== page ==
TOMMY BURNS had won the Scottish Cup in his first season as Celtic manager after his appointment on July 12 1994.

The league title, though, was his priority target and the legendary Celt came so tantalisingly and frustratingly close to achieving his aim during his second campaign.

In another CQN EXCLUSIVE series, we chart Tommy Burns’ career as the Hoops gaffer during turbulent times on and off the field. Here is the tenth instalment from Alex Gordon’s tribute book, The Winds of Change, which was published by CQN in 2015.

Please enjoy.

CELTIC remained undefeated in their remaining 31 league games in season 1995/96, a record for the Premier League, and still failed to win their first crown in nine arduous, agonising years.

There can be no argument they did have their opportunities. Worryingly, when they were presented, Celtic consistently failed to respond to the openings. It became the recurring and unwelcome theme in a distinctly strange campaign in the club’s history.

It’s difficult to be too harsh on Tommy Burns. He did, after all, sprinkle some stardust on an ailing team and actually delivered a trophy – the Scottish Cup in 1995 – but there can be little doubt the players did not perform on occasions when they were gifted with favourable occasions to derail Rangers.

It wasn’t quite a case of style without substance, but, for whatever reason whenever it was really required, the team fell short.

OLD FIRM TUSSLE…Andreas Thom and Stuart McCall battle for possession.

Celtic went into 1996 with their first game against Rangers at Parkhead on January 3. Walter Smith’s men arrived on top of the league, took a merciless pounding for a massive percentage of a blood-and-thunder confrontation and left with a goalless draw and their position intact.

The Herald reporter observed: “Rangers are still eight points clear at the top of the Premier Division this morning and that is something Celtic must find hard to believe. Last night saw the fourth Old Firm clash of the season and this was one which was totally dominated by the Parkhead men – and yet they still failed to beat the New Year jinx which has haunted them now for eight long years.

“It was in 1988 that they last won this fixture and yet, last night, it should have been so different. This was a match they could have won – this was a match they should have won. For most of the game, they were in command and, in the second-half in particular, they dominated as their fans urged them on for the single goal which surely would have settled it.

“The closing forty-five minutes began with a Phil O’Donnell shot which struck the base of Andy Goram’s right-hand post and then ended with a diving header from substitute Andy Walker which went just off target.”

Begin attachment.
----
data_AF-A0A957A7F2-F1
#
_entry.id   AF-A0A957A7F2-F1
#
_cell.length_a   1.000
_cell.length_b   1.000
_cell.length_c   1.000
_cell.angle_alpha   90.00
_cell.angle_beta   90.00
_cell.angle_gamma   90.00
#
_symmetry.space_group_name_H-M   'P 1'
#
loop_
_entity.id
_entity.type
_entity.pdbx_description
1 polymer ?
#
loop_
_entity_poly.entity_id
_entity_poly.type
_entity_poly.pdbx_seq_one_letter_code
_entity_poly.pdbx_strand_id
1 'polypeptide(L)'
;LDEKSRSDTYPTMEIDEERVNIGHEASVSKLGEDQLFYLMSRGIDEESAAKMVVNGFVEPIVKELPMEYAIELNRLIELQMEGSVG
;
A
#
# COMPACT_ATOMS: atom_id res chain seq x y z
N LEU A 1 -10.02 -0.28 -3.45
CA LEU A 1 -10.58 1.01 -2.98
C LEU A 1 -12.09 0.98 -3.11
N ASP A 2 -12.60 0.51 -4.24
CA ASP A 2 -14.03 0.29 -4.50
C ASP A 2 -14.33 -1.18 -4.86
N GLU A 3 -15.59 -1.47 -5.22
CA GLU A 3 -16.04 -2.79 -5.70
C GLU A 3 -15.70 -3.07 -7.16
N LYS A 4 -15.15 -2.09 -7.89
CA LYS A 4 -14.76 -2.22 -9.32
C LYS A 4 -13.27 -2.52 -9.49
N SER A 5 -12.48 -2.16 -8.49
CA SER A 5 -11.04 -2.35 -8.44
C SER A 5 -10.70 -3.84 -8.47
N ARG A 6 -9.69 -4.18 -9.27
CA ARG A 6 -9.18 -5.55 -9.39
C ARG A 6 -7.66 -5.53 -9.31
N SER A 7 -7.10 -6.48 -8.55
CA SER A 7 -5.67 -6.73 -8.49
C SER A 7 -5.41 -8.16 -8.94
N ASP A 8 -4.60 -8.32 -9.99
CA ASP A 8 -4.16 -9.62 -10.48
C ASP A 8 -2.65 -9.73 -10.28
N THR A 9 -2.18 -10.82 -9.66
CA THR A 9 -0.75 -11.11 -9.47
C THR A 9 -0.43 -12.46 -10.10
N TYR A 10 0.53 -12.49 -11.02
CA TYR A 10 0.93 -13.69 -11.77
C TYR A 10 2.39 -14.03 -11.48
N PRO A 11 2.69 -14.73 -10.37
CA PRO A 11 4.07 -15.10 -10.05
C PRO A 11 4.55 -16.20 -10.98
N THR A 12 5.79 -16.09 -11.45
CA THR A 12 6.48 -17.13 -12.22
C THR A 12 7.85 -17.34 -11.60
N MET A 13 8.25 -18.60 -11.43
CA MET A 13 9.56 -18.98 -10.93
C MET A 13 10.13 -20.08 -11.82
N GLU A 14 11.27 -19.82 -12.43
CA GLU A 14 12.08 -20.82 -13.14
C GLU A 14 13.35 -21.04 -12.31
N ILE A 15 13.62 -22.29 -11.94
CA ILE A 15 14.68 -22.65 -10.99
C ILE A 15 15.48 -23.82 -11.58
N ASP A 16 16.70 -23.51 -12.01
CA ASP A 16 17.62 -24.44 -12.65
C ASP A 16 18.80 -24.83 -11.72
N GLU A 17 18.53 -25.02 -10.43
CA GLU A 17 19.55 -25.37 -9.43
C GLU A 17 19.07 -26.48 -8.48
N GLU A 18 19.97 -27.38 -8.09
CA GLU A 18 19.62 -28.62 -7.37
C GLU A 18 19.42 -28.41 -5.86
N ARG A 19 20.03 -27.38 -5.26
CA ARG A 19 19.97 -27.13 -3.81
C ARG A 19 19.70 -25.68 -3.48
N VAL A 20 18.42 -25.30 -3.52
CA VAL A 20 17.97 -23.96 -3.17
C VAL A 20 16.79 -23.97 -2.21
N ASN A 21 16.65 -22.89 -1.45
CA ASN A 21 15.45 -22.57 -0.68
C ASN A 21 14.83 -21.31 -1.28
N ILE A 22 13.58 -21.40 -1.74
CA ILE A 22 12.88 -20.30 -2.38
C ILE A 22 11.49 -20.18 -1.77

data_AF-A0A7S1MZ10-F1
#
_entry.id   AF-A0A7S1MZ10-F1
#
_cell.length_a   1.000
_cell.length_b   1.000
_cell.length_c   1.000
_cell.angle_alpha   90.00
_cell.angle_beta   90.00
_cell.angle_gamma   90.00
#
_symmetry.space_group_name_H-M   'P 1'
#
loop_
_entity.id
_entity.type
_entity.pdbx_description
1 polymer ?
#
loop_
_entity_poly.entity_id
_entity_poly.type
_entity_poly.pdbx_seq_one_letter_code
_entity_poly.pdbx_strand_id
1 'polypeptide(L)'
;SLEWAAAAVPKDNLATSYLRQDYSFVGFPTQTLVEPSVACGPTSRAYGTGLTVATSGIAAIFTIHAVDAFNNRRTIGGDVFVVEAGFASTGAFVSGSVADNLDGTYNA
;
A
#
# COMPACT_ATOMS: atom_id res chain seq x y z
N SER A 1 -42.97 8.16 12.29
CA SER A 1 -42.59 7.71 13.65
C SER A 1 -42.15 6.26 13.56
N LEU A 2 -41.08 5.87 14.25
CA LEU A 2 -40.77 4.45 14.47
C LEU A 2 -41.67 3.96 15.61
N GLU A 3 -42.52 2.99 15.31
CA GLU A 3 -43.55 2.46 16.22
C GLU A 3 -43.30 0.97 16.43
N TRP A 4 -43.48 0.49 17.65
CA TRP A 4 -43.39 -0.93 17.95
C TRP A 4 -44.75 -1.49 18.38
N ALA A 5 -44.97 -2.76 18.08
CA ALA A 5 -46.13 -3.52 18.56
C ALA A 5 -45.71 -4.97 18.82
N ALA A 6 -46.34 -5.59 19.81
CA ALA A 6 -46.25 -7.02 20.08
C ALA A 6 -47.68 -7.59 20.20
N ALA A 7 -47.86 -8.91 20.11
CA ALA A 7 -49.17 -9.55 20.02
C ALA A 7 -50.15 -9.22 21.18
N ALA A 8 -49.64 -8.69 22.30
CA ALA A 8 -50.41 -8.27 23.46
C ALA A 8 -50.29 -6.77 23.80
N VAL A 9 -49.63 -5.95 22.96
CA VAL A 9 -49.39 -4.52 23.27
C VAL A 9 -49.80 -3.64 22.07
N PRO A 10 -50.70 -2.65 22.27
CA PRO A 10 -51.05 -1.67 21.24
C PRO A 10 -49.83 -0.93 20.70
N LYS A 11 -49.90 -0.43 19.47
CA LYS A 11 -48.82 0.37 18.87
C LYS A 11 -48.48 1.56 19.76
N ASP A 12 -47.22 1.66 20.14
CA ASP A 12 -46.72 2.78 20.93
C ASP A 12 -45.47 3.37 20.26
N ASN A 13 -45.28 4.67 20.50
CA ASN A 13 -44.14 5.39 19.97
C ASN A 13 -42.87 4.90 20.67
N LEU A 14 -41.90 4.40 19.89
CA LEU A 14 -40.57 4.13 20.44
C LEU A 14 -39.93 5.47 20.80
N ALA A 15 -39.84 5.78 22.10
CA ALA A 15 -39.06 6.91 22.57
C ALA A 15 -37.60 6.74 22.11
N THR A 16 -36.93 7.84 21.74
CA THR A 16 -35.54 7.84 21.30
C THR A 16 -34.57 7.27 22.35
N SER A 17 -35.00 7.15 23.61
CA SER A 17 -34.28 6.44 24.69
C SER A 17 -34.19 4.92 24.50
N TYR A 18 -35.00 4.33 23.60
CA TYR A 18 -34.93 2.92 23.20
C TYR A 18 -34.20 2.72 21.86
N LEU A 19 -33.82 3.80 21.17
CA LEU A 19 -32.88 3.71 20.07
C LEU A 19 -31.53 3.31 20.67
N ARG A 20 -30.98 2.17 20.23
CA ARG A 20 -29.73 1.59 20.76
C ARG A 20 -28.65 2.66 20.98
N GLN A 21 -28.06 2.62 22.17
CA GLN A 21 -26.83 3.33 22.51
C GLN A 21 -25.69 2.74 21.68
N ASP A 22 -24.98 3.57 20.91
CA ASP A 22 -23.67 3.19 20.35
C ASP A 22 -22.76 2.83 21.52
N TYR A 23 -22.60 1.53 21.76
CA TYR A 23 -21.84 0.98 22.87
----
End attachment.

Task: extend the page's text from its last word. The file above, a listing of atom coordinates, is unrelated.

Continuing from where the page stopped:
The report concluded: “Few would argue that Celtic deserved three points. But the reality today is that once again they have failed to get them against their age-old rivals.”

KNOCK ON WOOD…Phil O’Donnell (No.6) watches his low shot beat Andy Goram, but smack off the post.

Goram withstood the barrage and, startlingly, might have picked up a win bonus when Paul Gascoigne left a leaden-footed Gordon Marshall stranded with a 25-yard free-kick which cannoned off the bar with only three minutes to play. Captain Richard Gough, with a fair degree of honesty, admitted: “I thought it was going to be a case of Celtic pressure and us sneaking it near the end.”

Tommy Burns lamented: “When I pass away, they will put that on my tombstone – ‘Goram broke his heart’. He’s probably the best keeper I’ve ever seen.”

The international No.1 had kept Celtic at bay in three consecutive games at Parkhead and Burns still found the ability to lighten the mood when he added: “I’ve got a contract out on him.”

Celtic were playing catch-up with Rangers and were compelled to play five more league fixtures in January – four in succession away from home. Remarkably, by the time they played Kilmarnock at Rugby Park on the twentieth of the month they could have taken over pole position. Not for the first time, the players fluffed their lines.

CRUNCH…Pierre van Hooijdonk challenges Andy Goram as Paul Gascoigne looks on.

The sprint for points began with a meeting against Motherwell in Glasgow and it was a tight 1-0 win with Pierre van Hooijdonk settling the issue. Burns claimed skipper Paul McStay’s performance as “colossal”, but there was still the nagging worry that the midfielder, accomplished and astute in his midfield role, wasn’t scoring enough goals. HIs last strike had come against Rangers at Ibrox in August 1994 and critics were calling it his “Achilles Heel”.